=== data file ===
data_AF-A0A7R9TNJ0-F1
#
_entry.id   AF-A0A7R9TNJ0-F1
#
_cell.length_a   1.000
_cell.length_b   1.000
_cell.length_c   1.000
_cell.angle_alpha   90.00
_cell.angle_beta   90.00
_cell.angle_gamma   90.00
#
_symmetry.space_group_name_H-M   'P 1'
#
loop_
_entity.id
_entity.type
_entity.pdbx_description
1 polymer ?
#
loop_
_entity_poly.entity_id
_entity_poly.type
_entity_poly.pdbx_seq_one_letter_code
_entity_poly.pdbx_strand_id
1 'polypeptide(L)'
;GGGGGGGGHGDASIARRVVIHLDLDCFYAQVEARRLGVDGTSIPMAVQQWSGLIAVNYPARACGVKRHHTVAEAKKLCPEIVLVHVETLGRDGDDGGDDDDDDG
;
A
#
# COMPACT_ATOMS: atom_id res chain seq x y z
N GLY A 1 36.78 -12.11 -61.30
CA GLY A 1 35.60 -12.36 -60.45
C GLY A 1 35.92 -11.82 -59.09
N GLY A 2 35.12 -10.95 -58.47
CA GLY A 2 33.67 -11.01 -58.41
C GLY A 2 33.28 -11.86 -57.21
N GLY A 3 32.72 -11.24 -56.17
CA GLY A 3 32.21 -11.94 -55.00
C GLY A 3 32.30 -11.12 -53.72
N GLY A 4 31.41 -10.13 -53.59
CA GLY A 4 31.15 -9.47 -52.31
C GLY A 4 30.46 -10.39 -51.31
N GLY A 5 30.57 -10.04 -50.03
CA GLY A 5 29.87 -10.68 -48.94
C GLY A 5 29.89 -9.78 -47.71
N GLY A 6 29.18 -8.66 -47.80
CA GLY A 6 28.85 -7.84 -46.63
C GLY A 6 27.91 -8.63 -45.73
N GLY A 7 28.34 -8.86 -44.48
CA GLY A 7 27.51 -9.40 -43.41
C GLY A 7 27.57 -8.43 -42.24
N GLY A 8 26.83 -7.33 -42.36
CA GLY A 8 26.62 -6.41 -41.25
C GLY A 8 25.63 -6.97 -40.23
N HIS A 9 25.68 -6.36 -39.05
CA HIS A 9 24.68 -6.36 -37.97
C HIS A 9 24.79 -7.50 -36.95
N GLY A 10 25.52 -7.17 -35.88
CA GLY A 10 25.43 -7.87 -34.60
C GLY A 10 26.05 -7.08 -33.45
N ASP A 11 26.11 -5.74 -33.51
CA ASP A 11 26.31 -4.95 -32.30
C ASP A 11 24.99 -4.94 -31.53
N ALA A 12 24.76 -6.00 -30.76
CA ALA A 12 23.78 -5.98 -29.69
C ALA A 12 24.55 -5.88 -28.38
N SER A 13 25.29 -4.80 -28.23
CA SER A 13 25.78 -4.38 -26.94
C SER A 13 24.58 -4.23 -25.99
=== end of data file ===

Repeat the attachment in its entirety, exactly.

data_AF-A0A7R9TNJ0-F1
#
_entry.id   AF-A0A7R9TNJ0-F1
#
_cell.length_a   1.000
_cell.length_b   1.000
_cell.length_c   1.000
_cell.angle_alpha   90.00
_cell.angle_beta   90.00
_cell.angle_gamma   90.00
#
_symmetry.space_group_name_H-M   'P 1'
#
loop_
_entity.id
_entity.type
_entity.pdbx_description
1 polymer ?
#
loop_
_entity_poly.entity_id
_entity_poly.type
_entity_poly.pdbx_seq_one_letter_code
_entity_poly.pdbx_strand_id
1 'polypeptide(L)'
;GGGGGGGGHGDASIARRVVIHLDLDCFYAQVEARRLGVDGTSIPMAVQQWSGLIAVNYPARACGVKRHHTVAEAKKLCPEIVLVHVETLGRDGDDGGDDDDDDG
;
A
#
# COMPACT_ATOMS: atom_id res chain seq x y z
N GLY A 1 36.78 -12.11 -61.30
CA GLY A 1 35.60 -12.36 -60.45
C GLY A 1 35.92 -11.82 -59.09
N GLY A 2 35.12 -10.95 -58.47
CA GLY A 2 33.67 -11.01 -58.41
C GLY A 2 33.28 -11.86 -57.21
N GLY A 3 32.72 -11.24 -56.17
CA GLY A 3 32.21 -11.94 -55.00
C GLY A 3 32.30 -11.12 -53.72
N GLY A 4 31.41 -10.13 -53.59
CA GLY A 4 31.15 -9.47 -52.31
C GLY A 4 30.46 -10.39 -51.31
N GLY A 5 30.57 -10.04 -50.03
CA GLY A 5 29.87 -10.68 -48.94
C GLY A 5 29.89 -9.78 -47.71
N GLY A 6 29.18 -8.66 -47.80
CA GLY A 6 28.85 -7.84 -46.63
C GLY A 6 27.91 -8.63 -45.73
N GLY A 7 28.34 -8.86 -44.48
CA GLY A 7 27.51 -9.40 -43.41
C GLY A 7 27.57 -8.43 -42.24
N GLY A 8 26.83 -7.33 -42.36
CA GLY A 8 26.62 -6.41 -41.25
C GLY A 8 25.63 -6.97 -40.23
N HIS A 9 25.68 -6.36 -39.05
CA HIS A 9 24.68 -6.36 -37.97
C HIS A 9 24.79 -7.50 -36.95
N GLY A 10 25.52 -7.17 -35.88
CA GLY A 10 25.43 -7.87 -34.60
C GLY A 10 26.05 -7.08 -33.45
N ASP A 11 26.11 -5.74 -33.51
CA ASP A 11 26.31 -4.95 -32.30
C ASP A 11 24.99 -4.94 -31.53
N ALA A 12 24.76 -6.00 -30.76
CA ALA A 12 23.78 -5.98 -29.69
C ALA A 12 24.55 -5.88 -28.38
N SER A 13 25.29 -4.80 -28.23
CA SER A 13 25.78 -4.38 -26.94
C SER A 13 24.58 -4.23 -25.99